This morning, at the U.S. Supreme Court, my colleague Michael Benza will argue on behalf of the respondent in Smith v. Spisak. He will argue that the U.S. Court of Appeals for the Sixth Circuit correctly granted a writ of habeas corpus to death row inmate Frank Spisak due to constitutionally defective jury instructions and ineffective assistance of counsel. The case raises a thorny AEDPA issue which has gotten most of the attention, but I think the ineffective assistance claim is more interesting. Basically, the case raises the question whether a closing argument can be so defective and counter-productive that it constitutes ineffective assistance of counsel. Quite a few prominent trial advocacty experts think so. If so, Spisak could be that case.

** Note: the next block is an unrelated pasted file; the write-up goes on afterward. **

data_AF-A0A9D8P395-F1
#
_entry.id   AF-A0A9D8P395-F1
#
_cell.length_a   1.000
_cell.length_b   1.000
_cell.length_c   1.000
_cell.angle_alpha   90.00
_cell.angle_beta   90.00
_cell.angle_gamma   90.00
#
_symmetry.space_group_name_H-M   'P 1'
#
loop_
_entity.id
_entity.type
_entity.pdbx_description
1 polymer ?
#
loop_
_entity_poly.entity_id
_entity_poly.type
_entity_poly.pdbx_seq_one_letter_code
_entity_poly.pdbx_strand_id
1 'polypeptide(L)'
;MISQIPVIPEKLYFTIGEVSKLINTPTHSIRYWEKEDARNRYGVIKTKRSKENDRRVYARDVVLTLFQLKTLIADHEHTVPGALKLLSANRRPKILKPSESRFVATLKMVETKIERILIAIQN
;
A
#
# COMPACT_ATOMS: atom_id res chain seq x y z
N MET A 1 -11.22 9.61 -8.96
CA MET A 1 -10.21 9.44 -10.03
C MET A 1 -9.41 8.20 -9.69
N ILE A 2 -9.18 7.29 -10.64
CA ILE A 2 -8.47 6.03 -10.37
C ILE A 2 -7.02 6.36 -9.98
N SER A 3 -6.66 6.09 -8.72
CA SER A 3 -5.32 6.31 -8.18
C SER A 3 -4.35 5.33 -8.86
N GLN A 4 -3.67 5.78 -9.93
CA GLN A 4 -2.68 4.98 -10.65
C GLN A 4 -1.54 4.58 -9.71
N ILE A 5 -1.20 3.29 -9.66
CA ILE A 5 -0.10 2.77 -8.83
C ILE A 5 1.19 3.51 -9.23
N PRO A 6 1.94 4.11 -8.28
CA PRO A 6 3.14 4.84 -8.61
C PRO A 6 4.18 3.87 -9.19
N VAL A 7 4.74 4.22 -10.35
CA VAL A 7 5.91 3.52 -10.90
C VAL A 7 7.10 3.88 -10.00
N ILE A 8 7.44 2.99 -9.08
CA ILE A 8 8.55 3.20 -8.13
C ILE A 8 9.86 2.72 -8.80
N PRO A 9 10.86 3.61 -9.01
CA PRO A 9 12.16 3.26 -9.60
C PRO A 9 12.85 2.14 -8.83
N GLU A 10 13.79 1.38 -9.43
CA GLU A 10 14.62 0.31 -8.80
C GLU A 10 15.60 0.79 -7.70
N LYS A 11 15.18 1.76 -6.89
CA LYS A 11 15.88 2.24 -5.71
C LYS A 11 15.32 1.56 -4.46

UPDATE: I have a PDF of the closing argument in the mitigation phase but I’m having trouble posting it. Check back to see if I’ve figured it out. Here is a PDF of the full closing from the mitigation phase of the trial.
Meanwhile, here’s an early report on the oral argument.
UPDATE: Here’s the transcript.